QUESTION: I want to raise another topic, and that is UN self-promotion.  I heard Mr. Mark Mallach Brown yesterday speak sadly about the fact that one country in particular, while it makes great use of all of the offices of the United Nations, also, in its public pronouncements for its own political reasons, does much less than support the institution.  Mr. Mallach Brown seemed to suggest that what we needed was for the United States to be more supportive in public of the United Nations.  But I couldn’t help thinking that he must not be as sensitive to the domestic political costs of that, as perceived by at least part of our body politic, as some of the members of the Republican Party really are.

So then the question arose, if the United States cannot be trusted to publicly support the United Nations, for whatever reasons, perhaps the United Nations itself could be doing a better job of promoting itself, its successes, the number of humanitarian missions that it has going, the work of UNICEF.  I don’t need to go down the list here.  Everybody knows it very well.  But we don’t hear much from the United Nations itself for the purpose of countering the ill effects of the image problems that seem to be being created for political purposes within the United States, in ways that do not really reflect the work that the United Nations does.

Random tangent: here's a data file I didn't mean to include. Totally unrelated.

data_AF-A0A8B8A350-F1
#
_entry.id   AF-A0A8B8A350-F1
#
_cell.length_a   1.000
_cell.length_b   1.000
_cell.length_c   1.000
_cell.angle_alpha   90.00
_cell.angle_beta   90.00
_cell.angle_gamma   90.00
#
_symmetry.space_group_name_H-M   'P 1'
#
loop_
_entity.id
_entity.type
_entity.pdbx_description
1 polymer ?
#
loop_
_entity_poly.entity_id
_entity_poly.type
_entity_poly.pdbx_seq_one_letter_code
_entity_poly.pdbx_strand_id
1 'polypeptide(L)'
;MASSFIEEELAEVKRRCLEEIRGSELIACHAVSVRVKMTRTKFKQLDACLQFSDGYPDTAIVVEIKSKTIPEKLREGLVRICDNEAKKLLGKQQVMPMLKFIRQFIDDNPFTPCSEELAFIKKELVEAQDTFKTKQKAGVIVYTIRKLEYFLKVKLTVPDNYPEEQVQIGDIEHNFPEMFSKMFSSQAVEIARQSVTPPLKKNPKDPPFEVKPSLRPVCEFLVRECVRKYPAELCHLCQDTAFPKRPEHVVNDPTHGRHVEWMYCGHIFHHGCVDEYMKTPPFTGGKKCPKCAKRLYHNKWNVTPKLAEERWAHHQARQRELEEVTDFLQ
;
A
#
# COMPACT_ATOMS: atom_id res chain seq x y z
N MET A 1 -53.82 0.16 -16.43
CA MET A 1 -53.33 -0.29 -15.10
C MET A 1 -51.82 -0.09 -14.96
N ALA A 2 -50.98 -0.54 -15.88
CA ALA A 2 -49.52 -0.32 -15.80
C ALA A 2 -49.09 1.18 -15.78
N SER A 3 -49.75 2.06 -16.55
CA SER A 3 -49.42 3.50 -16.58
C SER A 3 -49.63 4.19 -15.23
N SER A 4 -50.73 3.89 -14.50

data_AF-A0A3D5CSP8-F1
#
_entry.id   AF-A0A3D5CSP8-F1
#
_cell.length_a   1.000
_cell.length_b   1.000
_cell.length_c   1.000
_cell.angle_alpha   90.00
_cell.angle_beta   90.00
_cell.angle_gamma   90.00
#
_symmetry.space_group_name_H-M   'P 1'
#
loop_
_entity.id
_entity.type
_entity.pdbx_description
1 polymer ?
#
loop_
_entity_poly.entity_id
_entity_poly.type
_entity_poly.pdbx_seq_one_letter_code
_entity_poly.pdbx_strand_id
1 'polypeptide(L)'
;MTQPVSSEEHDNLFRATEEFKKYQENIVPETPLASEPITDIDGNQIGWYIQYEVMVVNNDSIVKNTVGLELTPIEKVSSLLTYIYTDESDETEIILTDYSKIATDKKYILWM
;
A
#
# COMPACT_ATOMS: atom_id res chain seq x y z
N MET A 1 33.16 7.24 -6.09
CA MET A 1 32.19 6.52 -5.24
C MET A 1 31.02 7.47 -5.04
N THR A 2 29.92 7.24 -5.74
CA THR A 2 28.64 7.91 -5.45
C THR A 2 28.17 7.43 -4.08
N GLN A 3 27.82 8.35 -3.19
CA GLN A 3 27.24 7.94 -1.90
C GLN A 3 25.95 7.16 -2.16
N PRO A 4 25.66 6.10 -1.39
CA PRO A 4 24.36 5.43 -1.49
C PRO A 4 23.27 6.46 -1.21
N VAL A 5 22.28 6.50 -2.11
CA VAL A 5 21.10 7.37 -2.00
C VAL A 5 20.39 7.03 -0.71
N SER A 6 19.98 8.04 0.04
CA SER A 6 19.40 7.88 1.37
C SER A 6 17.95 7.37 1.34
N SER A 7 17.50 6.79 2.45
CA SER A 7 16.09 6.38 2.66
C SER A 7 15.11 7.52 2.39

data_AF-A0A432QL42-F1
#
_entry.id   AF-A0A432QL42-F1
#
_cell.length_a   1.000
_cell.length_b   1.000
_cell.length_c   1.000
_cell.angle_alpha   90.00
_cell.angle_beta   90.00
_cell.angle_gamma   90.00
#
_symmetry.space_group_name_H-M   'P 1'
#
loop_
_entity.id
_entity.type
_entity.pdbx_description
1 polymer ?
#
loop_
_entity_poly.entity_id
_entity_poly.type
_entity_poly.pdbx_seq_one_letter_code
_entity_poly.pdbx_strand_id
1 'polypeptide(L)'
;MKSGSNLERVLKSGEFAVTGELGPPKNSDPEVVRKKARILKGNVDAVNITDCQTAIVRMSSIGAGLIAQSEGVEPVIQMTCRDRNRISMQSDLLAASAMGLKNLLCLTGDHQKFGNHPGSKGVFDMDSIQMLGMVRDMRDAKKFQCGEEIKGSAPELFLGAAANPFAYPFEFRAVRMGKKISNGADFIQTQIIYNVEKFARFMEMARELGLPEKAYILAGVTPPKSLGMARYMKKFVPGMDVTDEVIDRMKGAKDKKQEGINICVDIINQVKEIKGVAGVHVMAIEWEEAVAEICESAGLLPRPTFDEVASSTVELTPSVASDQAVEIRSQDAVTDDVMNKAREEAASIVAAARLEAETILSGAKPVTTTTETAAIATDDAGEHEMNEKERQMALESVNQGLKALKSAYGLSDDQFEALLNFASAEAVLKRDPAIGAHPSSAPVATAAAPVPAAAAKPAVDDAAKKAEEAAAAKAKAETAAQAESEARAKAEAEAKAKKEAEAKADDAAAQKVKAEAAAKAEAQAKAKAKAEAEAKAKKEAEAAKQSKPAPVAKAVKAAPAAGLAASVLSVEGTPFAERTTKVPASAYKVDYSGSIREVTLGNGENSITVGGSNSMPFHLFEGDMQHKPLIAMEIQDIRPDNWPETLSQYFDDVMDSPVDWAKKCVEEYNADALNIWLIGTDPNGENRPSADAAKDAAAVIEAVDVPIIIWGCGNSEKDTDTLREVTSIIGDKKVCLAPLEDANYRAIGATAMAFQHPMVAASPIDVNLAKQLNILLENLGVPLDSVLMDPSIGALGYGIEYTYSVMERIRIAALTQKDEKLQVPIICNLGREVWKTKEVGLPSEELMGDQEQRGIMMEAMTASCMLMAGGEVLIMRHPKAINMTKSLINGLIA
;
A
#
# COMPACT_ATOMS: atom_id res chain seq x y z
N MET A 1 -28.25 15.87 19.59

JAN ELIASSON:  Thank you very much.  Like the American delegation quoted by (journalist) Warren Hoge, I haven’t read Mark Malloch Brown's speech.  So I will not comment on that.

To the basic question, I think we could do better; we could do more.  Some of you have heard me tell this story.  When I was endorsed as president of the General Assembly, I was in Chicago—or I might have been in Minnesota.  It was a pretty conservative group, a middle-of-the-road group, a couple of hundred people.  I was giving a speech, ended up with the United Nations.  All the questions were on the United Nations—very interesting—about Sweden, Europe, the United Nations, but the questions were on the United Nations.  But they were mostly very critical.  At that time, it was oil for food, of course.  I responded to four questions, I think, on oil for food.